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WE YEARN TO SEE AGAIN

 

A sermon by Rev. Richard Miller, Minister of Trinity United Church, Montreal, QC. October 26, 2003.  Mark 10:46-52.

 

Then Jesus said to him, "What do you want me to do for you?"  The blind man said to him, "My teacher, let me see again."  Jesus said to him, “Go; your faith has made you well.”  Immediately he regained his sight and followed him on the way.

- Mark 10:51-52

 

            In the Gospel of Mark there are several stories about Jesus meeting people who were blind, and our gospel reading today is one of them.  It is the story of Bartimaeus, the blind beggar, who calls out, "Jesus, Son of David, have mercy on me!"  And when Jesus stops and asks what he wants, he says, "My teacher, let me see again.”  Then Jesus replied, "Go your way; your faith has made you well."  And we are told that "Immediately he regained his sight and followed him on the way."

 

            Now you and I can take issue with several things about this story.  We can, of course, argue about whether the man was really blind, or whether it is possible to heal someone without touching them – or without even saying the words “be healed.”  For in this Gospel story, Jesus did not say that:  he simply told Bartimaeus that his faith had made him well.  Another point of interest is the fact that he asked to see “again” and that we are told that he "regained" his sight.  What this suggests is that he was not blind from birth, but that he had been able to seen and had lost his sight which was fairly common in that time and place.

 

            If I read this story in an earlier translation, it says, "let me receive my sight"; and when I hear it that way, I tend to focus on the physical blindness of Bartimaeus, and his regaining of his physical sight.  And truly it would have been very difficult for him to follow Jesus on his travels when he was blind.  But when I read this story in the Bible we have here in the church – the New Revised Standard Version, it reads that Bartimaeus said, "let me see again."  And when I read it that way – and especially when I read it aloud, I begin to "see" this scripture in a different way.  For I remember that blindness is a common theme in Mark's Gospel, and I also remember that Mark often uses physical events to pose spiritual issues.  The truth is that Mark's Gospel is filled with such situations; and if we are paying attention to what we read here, we will think almost immediately of additional meanings for this word "see."  So then, let us look more closely at this passage.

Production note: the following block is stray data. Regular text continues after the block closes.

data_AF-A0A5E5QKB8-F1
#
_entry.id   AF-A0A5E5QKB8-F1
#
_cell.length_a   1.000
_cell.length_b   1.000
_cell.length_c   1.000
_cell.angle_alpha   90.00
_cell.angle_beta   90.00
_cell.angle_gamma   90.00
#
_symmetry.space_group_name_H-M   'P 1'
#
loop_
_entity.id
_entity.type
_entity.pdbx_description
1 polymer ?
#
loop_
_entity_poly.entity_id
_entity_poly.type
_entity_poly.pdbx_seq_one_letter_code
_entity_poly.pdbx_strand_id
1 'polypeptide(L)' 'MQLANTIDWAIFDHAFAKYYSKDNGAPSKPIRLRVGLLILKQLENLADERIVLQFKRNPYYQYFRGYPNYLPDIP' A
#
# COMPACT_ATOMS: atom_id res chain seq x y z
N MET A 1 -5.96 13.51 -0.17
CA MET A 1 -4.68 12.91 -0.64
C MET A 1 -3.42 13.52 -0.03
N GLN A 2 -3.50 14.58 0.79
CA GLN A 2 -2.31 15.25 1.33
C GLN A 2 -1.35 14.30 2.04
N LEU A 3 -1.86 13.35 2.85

When we study this story, the first thing we note is that the blind man has a name, while in the parallel stories in Matthew 20 and Luke 18 no name is given.  It’s true that the name simply means "son of Timaeus," but the fact that a name is given suggests that the conversation between him and Jesus was highly personal.  He is not just any blind person; he is known by name.

 

            Secondly, we note that Bartimaeus was persistent in his approach to Jesus - that when he heard that Jesus was passing by, he kept calling out to him, even though other people told him to be quiet.  He was determined to seek Jesus’ help.

 

            And the third thing we see is that Bartimaeus knows his own need.  When Jesus calls him and asks him what he wants, he does not hesitate:  he gets up quickly and states it immediately.  And of special importance is the fact that he does not simply ask to see, but to see again.  Since he was once able to see, he knows what he is missing.  "My teacher," he said, "let me see again."